Aside from those concerns, it will almost certainly provide a long-lasting, fairly permanent stiffness in any fabric object.
- Combine a 1:1 ratio of water and wallpaper paste. The paste usually comes as a powder packet.
- Stir them together until you don’t see any lumps floating on the surface.
- Submerge your fabric in this mix.
- Arrange the wet fabric in the desired shape by draping it over a frame or molding it by hand.
- Allow the fabric to dry completely.
What is the Best Fabric Stiffener?
The best fabric stiffener for you depends on the kind of project you’re working on. If you’re sewing clothes, you will probably want interfacing or a commercial spray to help stiffen the material. If you’re making crochet snowflakes, you probably want a cornstarch or sugar solution to soak the doilies in.
If you’re looking for the best commercial product on the market, check out these three popular brands!
Mod Podge Plaid Stiffy Fabric StiffenerMod Podge has a famous brand name and this firm-hold fabric glue lives up to the name! It dries in a clear, firm coat on many types of fabric, you can apply this to most woven material as well as ribbon and lace.
On the downside, it comes in both a bottle and a spray bottle, so make sure you get the kind you want for easy application!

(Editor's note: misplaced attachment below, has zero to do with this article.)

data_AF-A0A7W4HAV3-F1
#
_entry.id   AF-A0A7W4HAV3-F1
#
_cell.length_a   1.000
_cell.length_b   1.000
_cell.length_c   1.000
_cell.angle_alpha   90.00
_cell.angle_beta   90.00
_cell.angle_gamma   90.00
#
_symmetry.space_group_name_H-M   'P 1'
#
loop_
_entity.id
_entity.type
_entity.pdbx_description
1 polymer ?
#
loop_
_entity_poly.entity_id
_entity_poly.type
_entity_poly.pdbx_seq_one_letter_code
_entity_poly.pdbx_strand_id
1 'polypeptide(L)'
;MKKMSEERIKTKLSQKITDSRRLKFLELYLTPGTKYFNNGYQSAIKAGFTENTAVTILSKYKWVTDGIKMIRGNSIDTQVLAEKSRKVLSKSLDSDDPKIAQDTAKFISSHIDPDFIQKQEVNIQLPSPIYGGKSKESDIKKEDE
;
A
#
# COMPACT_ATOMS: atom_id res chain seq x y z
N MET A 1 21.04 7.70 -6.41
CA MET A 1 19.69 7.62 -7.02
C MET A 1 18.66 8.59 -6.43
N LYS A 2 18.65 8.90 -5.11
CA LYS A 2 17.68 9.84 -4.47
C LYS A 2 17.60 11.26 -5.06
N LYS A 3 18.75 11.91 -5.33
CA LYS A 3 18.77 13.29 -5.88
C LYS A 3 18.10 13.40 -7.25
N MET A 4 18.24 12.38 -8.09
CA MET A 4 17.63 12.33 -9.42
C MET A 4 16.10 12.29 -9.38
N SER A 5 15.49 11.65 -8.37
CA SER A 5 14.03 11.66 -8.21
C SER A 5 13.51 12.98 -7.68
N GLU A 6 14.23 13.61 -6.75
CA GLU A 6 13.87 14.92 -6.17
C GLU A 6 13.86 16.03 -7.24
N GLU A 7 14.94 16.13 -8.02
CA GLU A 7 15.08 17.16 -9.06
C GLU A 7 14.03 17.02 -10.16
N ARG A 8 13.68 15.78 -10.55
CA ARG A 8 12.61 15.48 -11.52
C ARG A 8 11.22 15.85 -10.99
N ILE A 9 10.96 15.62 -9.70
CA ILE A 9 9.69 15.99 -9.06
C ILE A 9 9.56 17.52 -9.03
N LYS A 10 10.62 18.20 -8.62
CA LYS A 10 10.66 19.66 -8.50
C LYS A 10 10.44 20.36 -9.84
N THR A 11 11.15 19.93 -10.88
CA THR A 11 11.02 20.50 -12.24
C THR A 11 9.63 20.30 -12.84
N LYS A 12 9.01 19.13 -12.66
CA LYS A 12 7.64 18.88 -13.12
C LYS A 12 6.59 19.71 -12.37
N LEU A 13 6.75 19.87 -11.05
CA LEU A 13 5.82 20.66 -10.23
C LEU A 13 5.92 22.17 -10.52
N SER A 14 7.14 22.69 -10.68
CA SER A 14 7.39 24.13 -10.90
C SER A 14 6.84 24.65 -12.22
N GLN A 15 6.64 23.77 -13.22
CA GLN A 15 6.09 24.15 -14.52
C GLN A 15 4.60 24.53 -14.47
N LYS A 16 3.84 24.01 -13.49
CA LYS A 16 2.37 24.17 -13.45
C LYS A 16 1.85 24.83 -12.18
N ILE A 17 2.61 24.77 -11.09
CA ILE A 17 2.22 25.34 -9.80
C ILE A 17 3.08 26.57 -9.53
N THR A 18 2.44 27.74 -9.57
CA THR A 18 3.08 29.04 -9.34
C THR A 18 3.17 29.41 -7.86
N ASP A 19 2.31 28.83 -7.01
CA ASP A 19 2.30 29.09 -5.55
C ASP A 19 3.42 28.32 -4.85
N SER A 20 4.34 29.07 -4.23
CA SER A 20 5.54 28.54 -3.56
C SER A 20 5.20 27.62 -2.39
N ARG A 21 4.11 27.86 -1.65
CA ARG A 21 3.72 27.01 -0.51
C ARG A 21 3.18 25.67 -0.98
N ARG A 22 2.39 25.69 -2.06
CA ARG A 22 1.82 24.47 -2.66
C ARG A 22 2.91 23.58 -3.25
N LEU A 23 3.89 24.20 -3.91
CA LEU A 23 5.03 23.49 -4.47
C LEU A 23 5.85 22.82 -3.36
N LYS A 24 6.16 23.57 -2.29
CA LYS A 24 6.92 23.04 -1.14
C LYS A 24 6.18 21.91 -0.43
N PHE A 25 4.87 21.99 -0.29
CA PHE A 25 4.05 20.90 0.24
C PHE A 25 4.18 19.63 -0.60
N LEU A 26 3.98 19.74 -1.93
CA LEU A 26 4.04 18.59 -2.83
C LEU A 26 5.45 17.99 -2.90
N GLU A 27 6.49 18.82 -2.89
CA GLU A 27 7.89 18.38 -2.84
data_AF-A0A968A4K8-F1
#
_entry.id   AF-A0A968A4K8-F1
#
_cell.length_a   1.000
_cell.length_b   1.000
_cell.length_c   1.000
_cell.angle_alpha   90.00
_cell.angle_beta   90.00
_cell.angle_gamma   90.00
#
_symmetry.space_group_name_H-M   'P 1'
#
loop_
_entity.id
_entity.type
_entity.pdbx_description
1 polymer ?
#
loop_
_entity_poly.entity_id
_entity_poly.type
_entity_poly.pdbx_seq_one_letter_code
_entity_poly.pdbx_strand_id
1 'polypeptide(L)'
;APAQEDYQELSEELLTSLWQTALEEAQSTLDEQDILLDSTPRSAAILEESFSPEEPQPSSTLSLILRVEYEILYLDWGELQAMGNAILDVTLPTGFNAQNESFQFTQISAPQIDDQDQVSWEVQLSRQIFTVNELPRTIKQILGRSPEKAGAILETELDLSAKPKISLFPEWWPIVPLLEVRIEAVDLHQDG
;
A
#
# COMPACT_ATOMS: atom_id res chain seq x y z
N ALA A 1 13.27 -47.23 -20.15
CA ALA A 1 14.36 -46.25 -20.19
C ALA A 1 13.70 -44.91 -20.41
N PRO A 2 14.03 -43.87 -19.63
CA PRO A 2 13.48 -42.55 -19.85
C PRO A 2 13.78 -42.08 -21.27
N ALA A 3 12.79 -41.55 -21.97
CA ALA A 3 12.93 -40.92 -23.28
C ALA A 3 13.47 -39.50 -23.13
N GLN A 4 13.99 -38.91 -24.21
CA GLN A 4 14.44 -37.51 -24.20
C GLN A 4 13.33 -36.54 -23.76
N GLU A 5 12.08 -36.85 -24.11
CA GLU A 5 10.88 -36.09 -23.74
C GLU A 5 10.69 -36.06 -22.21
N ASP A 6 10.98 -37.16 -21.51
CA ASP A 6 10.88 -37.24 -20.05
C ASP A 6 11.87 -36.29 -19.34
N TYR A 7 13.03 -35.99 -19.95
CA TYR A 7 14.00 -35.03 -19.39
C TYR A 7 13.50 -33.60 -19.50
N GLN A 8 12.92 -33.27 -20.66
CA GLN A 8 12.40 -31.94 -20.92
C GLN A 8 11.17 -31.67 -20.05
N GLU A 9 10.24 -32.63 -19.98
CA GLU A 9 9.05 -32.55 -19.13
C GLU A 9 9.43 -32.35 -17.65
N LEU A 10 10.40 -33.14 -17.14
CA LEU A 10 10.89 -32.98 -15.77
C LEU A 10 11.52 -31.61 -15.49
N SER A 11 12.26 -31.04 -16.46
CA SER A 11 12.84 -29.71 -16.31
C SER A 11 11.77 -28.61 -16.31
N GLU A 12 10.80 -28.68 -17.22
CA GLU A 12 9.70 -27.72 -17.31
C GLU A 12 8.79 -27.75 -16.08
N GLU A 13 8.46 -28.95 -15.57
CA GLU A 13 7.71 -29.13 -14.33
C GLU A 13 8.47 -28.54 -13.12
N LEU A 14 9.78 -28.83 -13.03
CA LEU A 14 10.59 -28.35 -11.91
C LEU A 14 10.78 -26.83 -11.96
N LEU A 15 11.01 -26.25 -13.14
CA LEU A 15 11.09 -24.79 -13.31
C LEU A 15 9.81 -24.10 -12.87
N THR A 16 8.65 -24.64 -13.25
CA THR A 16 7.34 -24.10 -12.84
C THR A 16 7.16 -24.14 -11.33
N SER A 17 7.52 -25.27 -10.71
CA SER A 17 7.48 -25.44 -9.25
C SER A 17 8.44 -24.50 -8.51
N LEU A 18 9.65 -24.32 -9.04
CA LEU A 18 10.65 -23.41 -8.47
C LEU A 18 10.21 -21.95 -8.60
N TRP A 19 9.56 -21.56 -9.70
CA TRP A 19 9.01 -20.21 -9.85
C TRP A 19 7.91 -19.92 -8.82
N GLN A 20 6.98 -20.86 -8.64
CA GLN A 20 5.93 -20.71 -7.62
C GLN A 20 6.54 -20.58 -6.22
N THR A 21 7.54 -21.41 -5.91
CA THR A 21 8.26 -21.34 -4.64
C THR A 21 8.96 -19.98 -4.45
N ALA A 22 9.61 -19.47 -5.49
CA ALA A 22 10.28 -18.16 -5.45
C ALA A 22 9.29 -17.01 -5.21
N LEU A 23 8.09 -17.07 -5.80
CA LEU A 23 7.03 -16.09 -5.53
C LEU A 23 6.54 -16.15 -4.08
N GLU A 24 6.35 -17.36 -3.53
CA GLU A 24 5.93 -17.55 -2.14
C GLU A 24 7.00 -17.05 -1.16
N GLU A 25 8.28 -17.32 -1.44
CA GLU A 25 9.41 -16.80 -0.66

This product is water-soluble, meaning that it will dissolve if washed.
Aleene’s Fabric Stiffening SprayPossibly the most popular fabric stiffener spray on the market, Aleene’s sells a range of products, including this hand Stiffen-Quick spray bottle.
This spray-on coating dries super fast. You can add additional coats if you need a more firm finish to your piece.
Aleene’s stiffening sprays provide a great finish but will wash out when exposed to water.
That said, it dries fast and clear, making it an instant solution for last-minute gifts or decorations!
SpraynBond Fabric StiffenerSpraynBond offers another spray-on, quick-drying fabric stiffener. It makes the fabric stiff like paper, allowing you to easily cut the material without any fraying edges.
If you like to quilt or applique, you will find this a useful product!
You can either allow the cloth to air dry or iron it to set the stiffness instantly. You may need multiple coats to stiffen heavy-weight materials, but this spray works very well on macrame, ribbon, yarn, and lace!
Homemade Fabric Stiffener
As described earlier in this article, you can easily make your own homemade fabric stiffener using sugar or cornstarch. You can also make another recipe using nothing but a little rice!